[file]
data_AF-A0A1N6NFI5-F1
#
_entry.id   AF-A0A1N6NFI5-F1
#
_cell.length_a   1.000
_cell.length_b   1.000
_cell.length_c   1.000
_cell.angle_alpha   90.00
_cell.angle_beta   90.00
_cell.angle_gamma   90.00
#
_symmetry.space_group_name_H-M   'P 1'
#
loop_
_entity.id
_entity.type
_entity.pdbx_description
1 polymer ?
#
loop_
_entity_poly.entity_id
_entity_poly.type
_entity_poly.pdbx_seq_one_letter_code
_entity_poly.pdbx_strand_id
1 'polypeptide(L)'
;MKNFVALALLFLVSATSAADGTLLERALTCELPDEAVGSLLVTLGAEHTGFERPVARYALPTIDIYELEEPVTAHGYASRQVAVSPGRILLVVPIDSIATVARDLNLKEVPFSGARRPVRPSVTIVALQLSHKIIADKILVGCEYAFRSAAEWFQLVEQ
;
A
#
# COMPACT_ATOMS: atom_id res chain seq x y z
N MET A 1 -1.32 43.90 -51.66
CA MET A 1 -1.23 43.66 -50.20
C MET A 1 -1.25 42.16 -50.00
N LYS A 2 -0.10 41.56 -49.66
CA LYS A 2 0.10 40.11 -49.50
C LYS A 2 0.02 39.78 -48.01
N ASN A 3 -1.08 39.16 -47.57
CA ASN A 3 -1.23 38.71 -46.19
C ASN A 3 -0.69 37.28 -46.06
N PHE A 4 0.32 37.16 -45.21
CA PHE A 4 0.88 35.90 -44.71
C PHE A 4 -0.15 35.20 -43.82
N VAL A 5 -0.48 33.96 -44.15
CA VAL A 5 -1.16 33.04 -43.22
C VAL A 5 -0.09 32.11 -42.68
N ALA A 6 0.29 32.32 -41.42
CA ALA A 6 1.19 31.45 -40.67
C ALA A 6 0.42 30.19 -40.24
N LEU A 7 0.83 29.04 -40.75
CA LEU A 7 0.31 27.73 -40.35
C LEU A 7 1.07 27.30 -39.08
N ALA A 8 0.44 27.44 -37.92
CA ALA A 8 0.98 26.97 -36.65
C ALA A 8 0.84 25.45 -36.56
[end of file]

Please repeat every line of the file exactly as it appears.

data_AF-A0A1N6NFI5-F1
#
_entry.id   AF-A0A1N6NFI5-F1
#
_cell.length_a   1.000
_cell.length_b   1.000
_cell.length_c   1.000
_cell.angle_alpha   90.00
_cell.angle_beta   90.00
_cell.angle_gamma   90.00
#
_symmetry.space_group_name_H-M   'P 1'
#
loop_
_entity.id
_entity.type
_entity.pdbx_description
1 polymer ?
#
loop_
_entity_poly.entity_id
_entity_poly.type
_entity_poly.pdbx_seq_one_letter_code
_entity_poly.pdbx_strand_id
1 'polypeptide(L)'
;MKNFVALALLFLVSATSAADGTLLERALTCELPDEAVGSLLVTLGAEHTGFERPVARYALPTIDIYELEEPVTAHGYASRQVAVSPGRILLVVPIDSIATVARDLNLKEVPFSGARRPVRPSVTIVALQLSHKIIADKILVGCEYAFRSAAEWFQLVEQ
;
A
#
# COMPACT_ATOMS: atom_id res chain seq x y z
N MET A 1 -1.32 43.90 -51.66
CA MET A 1 -1.23 43.66 -50.20
C MET A 1 -1.25 42.16 -50.00
N LYS A 2 -0.10 41.56 -49.66
CA LYS A 2 0.10 40.11 -49.50
C LYS A 2 0.02 39.78 -48.01
N ASN A 3 -1.08 39.16 -47.57
CA ASN A 3 -1.23 38.71 -46.19
C ASN A 3 -0.69 37.28 -46.06
N PHE A 4 0.32 37.16 -45.21
CA PHE A 4 0.88 35.90 -44.71
C PHE A 4 -0.15 35.20 -43.82
N VAL A 5 -0.48 33.96 -44.15
CA VAL A 5 -1.16 33.04 -43.22
C VAL A 5 -0.09 32.11 -42.68
N ALA A 6 0.29 32.32 -41.42
CA ALA A 6 1.19 31.45 -40.67
C ALA A 6 0.42 30.19 -40.24
N LEU A 7 0.83 29.04 -40.75
CA LEU A 7 0.31 27.73 -40.35
C LEU A 7 1.07 27.30 -39.08
N ALA A 8 0.44 27.44 -37.92
CA ALA A 8 0.98 26.97 -36.65
C ALA A 8 0.84 25.45 -36.56